meanwhile declined from 77 deaths per 1,000 live births to
only 75 only over the same period.

It's not a question of how much is spent and what services
are available. Even where public health services are
available, they are often not used by the poor. For instance,
in India, a large share of demand s direccted towards
"poorly-qualified private providers".

One survey in Rajasthan's poorest districts found poor
households used private health providers even when nominally
free public services were available. One reason: over half of
all health centres were closed during period when they were
supposed to be open. When facilities are open, they often
lack a trained staff member on site. For India as a whole, a
survey found that 40% of the clinics lack a trained person on
site at the time of unannounced visits.

"Political leadership of a high order will be needed to
address these challenges. Failure to provide it and to extend
health and education opportunities to all, regardless of
wealth and gender, will ultimately act as a constraint on
India's future prospects in the global economy," says the
UNDP bluntly.

On the positive side, South Asia has generally "much lower
levels of inequality" than Latin America and Sub-Saharan
Africa. It also notes that India continues to be a "thriving
democracy".Integration into global markets has enhanced
wealth creation, generated economic dynamism and raised
living standards for "many millions" in India, apart from

India's Kerala state has an urban death rate lower than that
for African Americans in Washington DC. UNDP also praises
Maharashtra's Employment Guarantee Scheme. It says: "Since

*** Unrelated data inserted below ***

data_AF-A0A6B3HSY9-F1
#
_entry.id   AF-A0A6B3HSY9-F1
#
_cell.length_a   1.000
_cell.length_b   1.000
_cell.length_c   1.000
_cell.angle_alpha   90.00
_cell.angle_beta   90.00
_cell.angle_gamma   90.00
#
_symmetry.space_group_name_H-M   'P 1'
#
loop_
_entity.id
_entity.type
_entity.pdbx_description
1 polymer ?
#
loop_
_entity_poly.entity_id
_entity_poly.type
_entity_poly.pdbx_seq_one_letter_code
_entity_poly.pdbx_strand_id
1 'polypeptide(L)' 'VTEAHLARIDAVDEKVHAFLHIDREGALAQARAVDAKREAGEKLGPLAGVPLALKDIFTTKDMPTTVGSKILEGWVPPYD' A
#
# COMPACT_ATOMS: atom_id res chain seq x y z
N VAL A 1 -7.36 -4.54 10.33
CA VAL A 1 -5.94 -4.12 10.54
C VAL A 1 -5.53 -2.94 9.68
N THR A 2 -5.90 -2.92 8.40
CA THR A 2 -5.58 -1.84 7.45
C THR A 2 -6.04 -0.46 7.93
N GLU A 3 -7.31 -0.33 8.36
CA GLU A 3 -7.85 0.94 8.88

the mid-1970's, it has provided agricultuwral labourers and
small farmers with up to 100 days in paid employment on rural
works programs. Women account for just under half the
beneficiaries. Extending the program to the whole of India
would cost an estimated 0.5% to 1% of national income in
transfers to 40 million rural labourers and smallholders. If
effectively targetd, this would lift most of the recipients
above the poverty line."

UNDP also notes that in West Bengal, the agricultural incomes
rose following tenancy reforms and the recongition of the
land-rights of the poor.

Is there cause for hope? At the 4% annual per capita growth
rate achieved since 1980, incomes double every 17 years. With
the 1% per capita growth rate India experienced in the two
decades before 1980, it took 66 years for incomes to double.

Says the UNDP: "Because incomes have been growting more
rapidly in China and (less spectacularly) in India than in
high-income countries over the past two-decades, the average
gap has been closing in relative terms. This reverses a trend
towards increased global inequality that started in the 1820s
and continued until 1992." But on 2000-05 growth trends, it
will still take India until 2106 to catch up with high-income

Over the past two decades, India has moved into the "premier
league" of world economic growth. High technology exports are
booming and India's emerging middle-class consumers have
become a magnet for foreign investors. But the pick-up growth
has not translated into a commensurate decline in poverty.
Improvements in child and infant mortality are slowing. India
is now off-track for these millenium development goals

Some of India's southern cities may be "in the midst of a
technology boom". But one out of every 11 Indian children
dies in the first five years of his or her life, due to a
lack of low-technology, low-cost interventions. Malnutrition
has hardly improved in the past decade. It affects half of
India's children. About one in four girls and one in ten boys
do not attend primary school. Extreme poverty is concentrated
in rural areas of the northern poverty-belt states -- Bihar,
MP, UP and West Bengal. Income growth has been most dynamic
in other states, urban areas and the service sectors. Rural
poverty has fallen in some states like Gujarat and Tamil
Nadu. But nationally, rural unemployment is rising,
agricultural input is increasing at least than two percent a
year, agricultural wages are stagnating and the growth is
virtually jobless.

But there's also bad news globally for the fight against
poverty. UNDP admits that as government prepare for the 2005
UN summit, the overall report card on progress "makes for
depressing reading". It adds, "The promise to the world's
poor is being broken." (ENDS)